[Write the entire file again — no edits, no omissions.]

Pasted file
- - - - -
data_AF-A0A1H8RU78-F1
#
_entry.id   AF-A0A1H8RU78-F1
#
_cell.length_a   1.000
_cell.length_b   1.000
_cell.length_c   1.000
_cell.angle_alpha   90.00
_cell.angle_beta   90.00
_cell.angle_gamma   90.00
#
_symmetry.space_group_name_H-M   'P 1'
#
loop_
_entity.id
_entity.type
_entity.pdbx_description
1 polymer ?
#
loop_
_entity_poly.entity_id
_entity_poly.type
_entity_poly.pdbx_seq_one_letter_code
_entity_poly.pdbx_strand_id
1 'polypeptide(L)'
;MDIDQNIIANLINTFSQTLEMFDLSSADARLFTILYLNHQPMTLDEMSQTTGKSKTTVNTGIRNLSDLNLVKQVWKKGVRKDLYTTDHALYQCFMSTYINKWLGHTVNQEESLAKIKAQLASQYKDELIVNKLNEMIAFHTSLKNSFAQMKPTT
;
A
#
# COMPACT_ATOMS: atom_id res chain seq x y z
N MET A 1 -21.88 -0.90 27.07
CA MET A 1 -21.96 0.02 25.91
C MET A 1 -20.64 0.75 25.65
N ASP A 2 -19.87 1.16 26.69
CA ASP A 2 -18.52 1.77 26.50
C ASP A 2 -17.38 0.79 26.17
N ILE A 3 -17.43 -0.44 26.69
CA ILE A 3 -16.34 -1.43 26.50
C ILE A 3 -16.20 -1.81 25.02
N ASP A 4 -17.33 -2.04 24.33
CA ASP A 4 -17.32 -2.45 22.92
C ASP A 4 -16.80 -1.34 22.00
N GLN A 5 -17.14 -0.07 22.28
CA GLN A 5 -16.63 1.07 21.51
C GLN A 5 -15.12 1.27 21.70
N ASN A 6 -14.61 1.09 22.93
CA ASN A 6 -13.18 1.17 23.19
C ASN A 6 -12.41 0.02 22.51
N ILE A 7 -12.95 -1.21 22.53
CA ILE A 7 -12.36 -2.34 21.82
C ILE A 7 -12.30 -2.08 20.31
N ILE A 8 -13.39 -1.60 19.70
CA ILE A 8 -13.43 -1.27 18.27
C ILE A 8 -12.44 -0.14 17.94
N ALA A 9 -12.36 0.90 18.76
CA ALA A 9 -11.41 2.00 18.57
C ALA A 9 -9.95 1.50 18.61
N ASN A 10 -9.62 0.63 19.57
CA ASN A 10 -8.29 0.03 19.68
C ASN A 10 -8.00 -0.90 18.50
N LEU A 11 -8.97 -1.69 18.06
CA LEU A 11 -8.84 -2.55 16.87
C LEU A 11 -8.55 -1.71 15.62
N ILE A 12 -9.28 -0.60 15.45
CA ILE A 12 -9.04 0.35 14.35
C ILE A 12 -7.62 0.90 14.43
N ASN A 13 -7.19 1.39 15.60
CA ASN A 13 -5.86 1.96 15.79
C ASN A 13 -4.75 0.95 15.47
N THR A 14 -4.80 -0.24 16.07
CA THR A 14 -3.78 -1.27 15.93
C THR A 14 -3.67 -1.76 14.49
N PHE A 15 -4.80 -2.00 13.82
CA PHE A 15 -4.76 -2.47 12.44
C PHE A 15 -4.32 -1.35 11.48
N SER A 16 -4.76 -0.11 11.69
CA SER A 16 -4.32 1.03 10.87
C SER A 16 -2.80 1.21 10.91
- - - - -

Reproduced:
data_AF-A0A1H8RU78-F1
#
_entry.id   AF-A0A1H8RU78-F1
#
_cell.length_a   1.000
_cell.length_b   1.000
_cell.length_c   1.000
_cell.angle_alpha   90.00
_cell.angle_beta   90.00
_cell.angle_gamma   90.00
#
_symmetry.space_group_name_H-M   'P 1'
#
loop_
_entity.id
_entity.type
_entity.pdbx_description
1 polymer ?
#
loop_
_entity_poly.entity_id
_entity_poly.type
_entity_poly.pdbx_seq_one_letter_code
_entity_poly.pdbx_strand_id
1 'polypeptide(L)'
;MDIDQNIIANLINTFSQTLEMFDLSSADARLFTILYLNHQPMTLDEMSQTTGKSKTTVNTGIRNLSDLNLVKQVWKKGVRKDLYTTDHALYQCFMSTYINKWLGHTVNQEESLAKIKAQLASQYKDELIVNKLNEMIAFHTSLKNSFAQMKPTT
;
A
#
# COMPACT_ATOMS: atom_id res chain seq x y z
N MET A 1 -21.88 -0.90 27.07
CA MET A 1 -21.96 0.02 25.91
C MET A 1 -20.64 0.75 25.65
N ASP A 2 -19.87 1.16 26.69
CA ASP A 2 -18.52 1.77 26.50
C ASP A 2 -17.38 0.79 26.17
N ILE A 3 -17.43 -0.44 26.69
CA ILE A 3 -16.34 -1.43 26.50
C ILE A 3 -16.20 -1.81 25.02
N ASP A 4 -17.33 -2.04 24.33
CA ASP A 4 -17.32 -2.45 22.92
C ASP A 4 -16.80 -1.34 22.00
N GLN A 5 -17.14 -0.07 22.28
CA GLN A 5 -16.63 1.07 21.51
C GLN A 5 -15.12 1.27 21.70
N ASN A 6 -14.61 1.09 22.93
CA ASN A 6 -13.18 1.17 23.19
C ASN A 6 -12.41 0.02 22.51
N ILE A 7 -12.95 -1.21 22.53
CA ILE A 7 -12.36 -2.34 21.82
C ILE A 7 -12.30 -2.08 20.31
N ILE A 8 -13.39 -1.60 19.70
CA ILE A 8 -13.43 -1.27 18.27
C ILE A 8 -12.44 -0.14 17.94
N ALA A 9 -12.36 0.90 18.76
CA ALA A 9 -11.41 2.00 18.57
C ALA A 9 -9.95 1.50 18.61
N ASN A 10 -9.62 0.63 19.57
CA ASN A 10 -8.29 0.03 19.68
C ASN A 10 -8.00 -0.90 18.50
N LEU A 11 -8.97 -1.69 18.06
CA LEU A 11 -8.84 -2.55 16.87
C LEU A 11 -8.55 -1.71 15.62
N ILE A 12 -9.28 -0.60 15.45
CA ILE A 12 -9.04 0.35 14.35
C ILE A 12 -7.62 0.90 14.43
N ASN A 13 -7.19 1.39 15.60
CA ASN A 13 -5.86 1.96 15.79
C ASN A 13 -4.75 0.95 15.47
N THR A 14 -4.80 -0.24 16.07
CA THR A 14 -3.78 -1.27 15.93
C THR A 14 -3.67 -1.76 14.49
N PHE A 15 -4.80 -2.00 13.82
CA PHE A 15 -4.76 -2.47 12.44
C PHE A 15 -4.32 -1.35 11.48
N SER A 16 -4.76 -0.11 11.69
CA SER A 16 -4.32 1.03 10.87
C SER A 16 -2.80 1.21 10.91